ORLANDO, Fla. — After about an hour of deliberation, a jury on Wednesday afternoon recommended life in prison for convicted killer Markeith Loyd in the slaying of his pregnant ex-girlfriend, Sade Dixon.

Members of Loyd's defense team nodded their heads and gave Loyd a pat on the back as the 12-member jury's recommendation was read.

In order for a death recommendation, jurors must have had to be unanimous in that decision.

Loyd told his legal team and then Judge Letitia Marques that he did not want to be in the courtroom when the jury issued its recommendation, waiving his right to be present.

But Loyd changed his mind and returned the courtroom at 12:30 p.m., saying he didn't care what the jury thought of him.

Loyd’s lead defense attorney Terence Lenamon said he’s happy about the jury’s decision.

Lenamon also addressed Loyd’s complaints during the Sade Dixon case about how he was being legally represented.

“Lawyers make mistakes all the time, and I’m sure I made a lot of mistakes in this case, so I invite him to let the court know about those mistakes,” Lenamon said. “But I love Markeith, he’s an important part of my life.”​

During final arguments, lead prosecutor Ric Ridgway reminded the jury that when they were being questioned during jury selection, they all replied that they would be able to consider a death sentence for Loyd.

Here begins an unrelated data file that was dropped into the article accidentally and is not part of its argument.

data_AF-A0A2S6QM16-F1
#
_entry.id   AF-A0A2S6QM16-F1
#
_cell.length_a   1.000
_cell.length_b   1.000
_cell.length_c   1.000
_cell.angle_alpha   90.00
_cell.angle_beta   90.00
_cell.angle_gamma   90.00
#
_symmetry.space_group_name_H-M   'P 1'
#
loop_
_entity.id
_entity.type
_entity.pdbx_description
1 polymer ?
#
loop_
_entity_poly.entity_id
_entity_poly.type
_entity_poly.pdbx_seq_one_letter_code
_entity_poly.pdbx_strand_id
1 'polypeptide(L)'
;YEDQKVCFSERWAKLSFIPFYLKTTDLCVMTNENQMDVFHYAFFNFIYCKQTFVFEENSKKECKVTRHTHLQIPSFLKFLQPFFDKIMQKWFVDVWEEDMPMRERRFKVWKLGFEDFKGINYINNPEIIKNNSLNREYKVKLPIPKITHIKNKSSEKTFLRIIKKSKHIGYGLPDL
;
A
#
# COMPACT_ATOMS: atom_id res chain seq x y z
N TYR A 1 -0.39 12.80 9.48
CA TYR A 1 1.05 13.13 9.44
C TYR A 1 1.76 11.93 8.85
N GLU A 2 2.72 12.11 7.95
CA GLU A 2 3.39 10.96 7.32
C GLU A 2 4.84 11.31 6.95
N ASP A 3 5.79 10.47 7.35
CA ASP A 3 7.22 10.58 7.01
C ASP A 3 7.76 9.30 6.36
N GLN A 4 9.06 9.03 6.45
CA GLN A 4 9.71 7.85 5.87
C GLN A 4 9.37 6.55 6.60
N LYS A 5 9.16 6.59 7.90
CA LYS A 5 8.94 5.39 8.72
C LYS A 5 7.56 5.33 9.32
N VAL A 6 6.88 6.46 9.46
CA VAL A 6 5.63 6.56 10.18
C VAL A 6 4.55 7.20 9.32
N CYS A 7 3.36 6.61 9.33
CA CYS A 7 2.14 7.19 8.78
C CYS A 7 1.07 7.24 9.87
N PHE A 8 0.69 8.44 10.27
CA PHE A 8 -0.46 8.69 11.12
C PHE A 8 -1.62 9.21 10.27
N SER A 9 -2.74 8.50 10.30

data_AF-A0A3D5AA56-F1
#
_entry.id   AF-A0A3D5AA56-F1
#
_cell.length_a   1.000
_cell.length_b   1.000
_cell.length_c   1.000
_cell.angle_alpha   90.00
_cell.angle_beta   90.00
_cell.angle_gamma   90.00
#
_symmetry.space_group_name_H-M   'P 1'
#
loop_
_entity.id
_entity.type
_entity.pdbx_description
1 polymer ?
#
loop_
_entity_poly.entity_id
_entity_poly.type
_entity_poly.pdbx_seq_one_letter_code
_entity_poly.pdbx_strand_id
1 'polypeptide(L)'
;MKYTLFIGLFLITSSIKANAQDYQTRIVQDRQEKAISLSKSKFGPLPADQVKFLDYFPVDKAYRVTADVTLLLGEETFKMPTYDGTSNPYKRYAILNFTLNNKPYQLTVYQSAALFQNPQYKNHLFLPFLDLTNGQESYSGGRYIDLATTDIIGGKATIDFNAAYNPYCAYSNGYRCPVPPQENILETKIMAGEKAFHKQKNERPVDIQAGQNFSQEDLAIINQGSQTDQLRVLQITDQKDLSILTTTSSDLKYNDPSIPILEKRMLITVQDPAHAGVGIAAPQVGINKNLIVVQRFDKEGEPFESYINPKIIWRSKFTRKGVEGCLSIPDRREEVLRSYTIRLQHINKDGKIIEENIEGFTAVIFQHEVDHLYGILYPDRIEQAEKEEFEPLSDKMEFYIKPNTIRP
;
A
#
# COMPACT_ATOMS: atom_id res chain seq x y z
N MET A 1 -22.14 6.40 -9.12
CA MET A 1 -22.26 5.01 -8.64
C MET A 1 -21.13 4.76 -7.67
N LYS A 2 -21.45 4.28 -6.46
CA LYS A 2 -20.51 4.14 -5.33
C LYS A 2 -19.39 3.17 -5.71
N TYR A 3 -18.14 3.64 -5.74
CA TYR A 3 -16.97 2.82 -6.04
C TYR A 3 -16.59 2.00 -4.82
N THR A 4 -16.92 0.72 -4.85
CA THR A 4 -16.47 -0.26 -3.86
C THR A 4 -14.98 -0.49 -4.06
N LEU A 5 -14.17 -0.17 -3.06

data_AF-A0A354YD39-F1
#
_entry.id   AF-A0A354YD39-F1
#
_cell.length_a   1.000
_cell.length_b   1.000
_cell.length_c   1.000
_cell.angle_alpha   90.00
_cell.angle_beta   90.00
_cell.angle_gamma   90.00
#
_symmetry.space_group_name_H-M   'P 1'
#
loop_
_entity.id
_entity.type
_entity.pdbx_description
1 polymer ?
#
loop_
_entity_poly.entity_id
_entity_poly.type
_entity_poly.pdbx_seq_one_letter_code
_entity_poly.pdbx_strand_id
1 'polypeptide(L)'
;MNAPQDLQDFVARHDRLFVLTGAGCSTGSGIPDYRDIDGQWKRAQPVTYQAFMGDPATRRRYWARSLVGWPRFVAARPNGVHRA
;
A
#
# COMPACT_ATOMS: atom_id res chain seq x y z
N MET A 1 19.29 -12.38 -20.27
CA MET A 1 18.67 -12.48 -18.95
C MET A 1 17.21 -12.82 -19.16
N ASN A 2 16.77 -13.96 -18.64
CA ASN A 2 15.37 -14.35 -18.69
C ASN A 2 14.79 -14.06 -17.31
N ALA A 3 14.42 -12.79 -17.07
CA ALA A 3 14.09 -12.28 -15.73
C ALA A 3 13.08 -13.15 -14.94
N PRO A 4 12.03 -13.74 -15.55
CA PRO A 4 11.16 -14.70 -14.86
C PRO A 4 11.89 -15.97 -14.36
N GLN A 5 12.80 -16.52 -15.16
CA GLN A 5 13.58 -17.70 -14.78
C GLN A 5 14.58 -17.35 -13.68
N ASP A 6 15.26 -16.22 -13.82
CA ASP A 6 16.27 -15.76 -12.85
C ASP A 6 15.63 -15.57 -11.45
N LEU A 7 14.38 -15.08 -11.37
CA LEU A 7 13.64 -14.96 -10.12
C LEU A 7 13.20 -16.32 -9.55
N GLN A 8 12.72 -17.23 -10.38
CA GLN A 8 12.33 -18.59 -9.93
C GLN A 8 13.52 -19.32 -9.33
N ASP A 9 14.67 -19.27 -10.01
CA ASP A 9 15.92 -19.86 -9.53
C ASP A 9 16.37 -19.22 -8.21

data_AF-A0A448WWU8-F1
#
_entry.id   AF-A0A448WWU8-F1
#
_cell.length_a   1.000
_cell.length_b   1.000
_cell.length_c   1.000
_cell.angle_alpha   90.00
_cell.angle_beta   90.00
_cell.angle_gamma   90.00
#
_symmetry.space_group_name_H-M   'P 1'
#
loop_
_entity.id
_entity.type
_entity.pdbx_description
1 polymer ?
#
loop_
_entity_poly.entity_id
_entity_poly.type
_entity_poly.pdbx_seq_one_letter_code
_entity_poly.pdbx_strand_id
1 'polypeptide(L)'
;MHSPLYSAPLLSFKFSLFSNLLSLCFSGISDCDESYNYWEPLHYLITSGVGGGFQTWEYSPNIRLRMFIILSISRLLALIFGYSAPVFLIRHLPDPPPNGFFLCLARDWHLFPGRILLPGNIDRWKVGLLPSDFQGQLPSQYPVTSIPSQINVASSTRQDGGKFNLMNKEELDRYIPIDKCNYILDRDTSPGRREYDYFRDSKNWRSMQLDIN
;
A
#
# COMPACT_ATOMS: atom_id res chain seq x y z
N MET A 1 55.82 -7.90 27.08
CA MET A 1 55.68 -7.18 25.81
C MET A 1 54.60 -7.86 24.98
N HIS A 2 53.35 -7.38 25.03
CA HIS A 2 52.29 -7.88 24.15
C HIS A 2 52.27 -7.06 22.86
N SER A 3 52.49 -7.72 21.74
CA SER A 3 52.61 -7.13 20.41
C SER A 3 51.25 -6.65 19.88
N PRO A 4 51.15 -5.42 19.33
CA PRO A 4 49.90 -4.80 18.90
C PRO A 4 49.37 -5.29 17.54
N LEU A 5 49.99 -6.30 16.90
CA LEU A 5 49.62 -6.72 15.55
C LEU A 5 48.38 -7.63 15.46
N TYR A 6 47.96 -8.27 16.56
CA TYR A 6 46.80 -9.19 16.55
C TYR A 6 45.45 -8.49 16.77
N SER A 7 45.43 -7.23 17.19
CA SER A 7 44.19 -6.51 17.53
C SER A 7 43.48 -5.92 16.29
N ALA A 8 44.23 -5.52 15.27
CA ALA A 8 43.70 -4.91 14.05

Dixon, who was three months pregnant, was shot dead in December 2016. A month later, while a wanted man, he shot and killed Orlando Police Lt. Debra Clayton, authorities say.

Ridgway went over the killing and told the jury that Loyd does not have any type of mental illness.

"We are here because of the decisions Markeith Loyd made, actions he took, and the results of those actions," Ridgway said.

Defense attorneys pleaded to the jury to give their client life in prison without parole. They mentioned Loyd's tough upbringing and his state of mind on the day of Dixon's slaying, claiming Loyd was reacting to a threat made by Dixon and that her brother would beat up Loyd.

"The evidence here supports the state of mind that is consistent with someone who has delusional disorder and post-traumatic stress," Loyd lawyer Terence Lenamon said.

The jury began deliberating before 11 a.m. Wednesday.

On Monday, Loyd's mother and several siblings testified that he came out of federal prison wanting to be a better person, but also with an extreme paranoia about law enforcement. Loyd had a federal drug conviction.

Dr. Marvin Dunn, a psychologist, told the jury that Loyd grew up like "a weed in a manure patch" without anyone giving him proper guidelines. Dunn says Loyd is psychotic and a paranoid schizophrenic with developmental disorders. A state psychologist's testimony contradicted that.

The state reminded jurors that Loyd killed Dixon and assaulted an Orlando Police Department officer 20 years ago.

On Tuesday, members of Loyd's family testified on his behalf. His daughter Kianna testified she still needs her father in her life and that she would visit him in prison.

This was the first of two trials for Loyd. His trial in Clayton's death is expected to begin next year.

Live updates from our reporters covering the trial


Timeline: Major Moments in the Markeith Loyd Investigation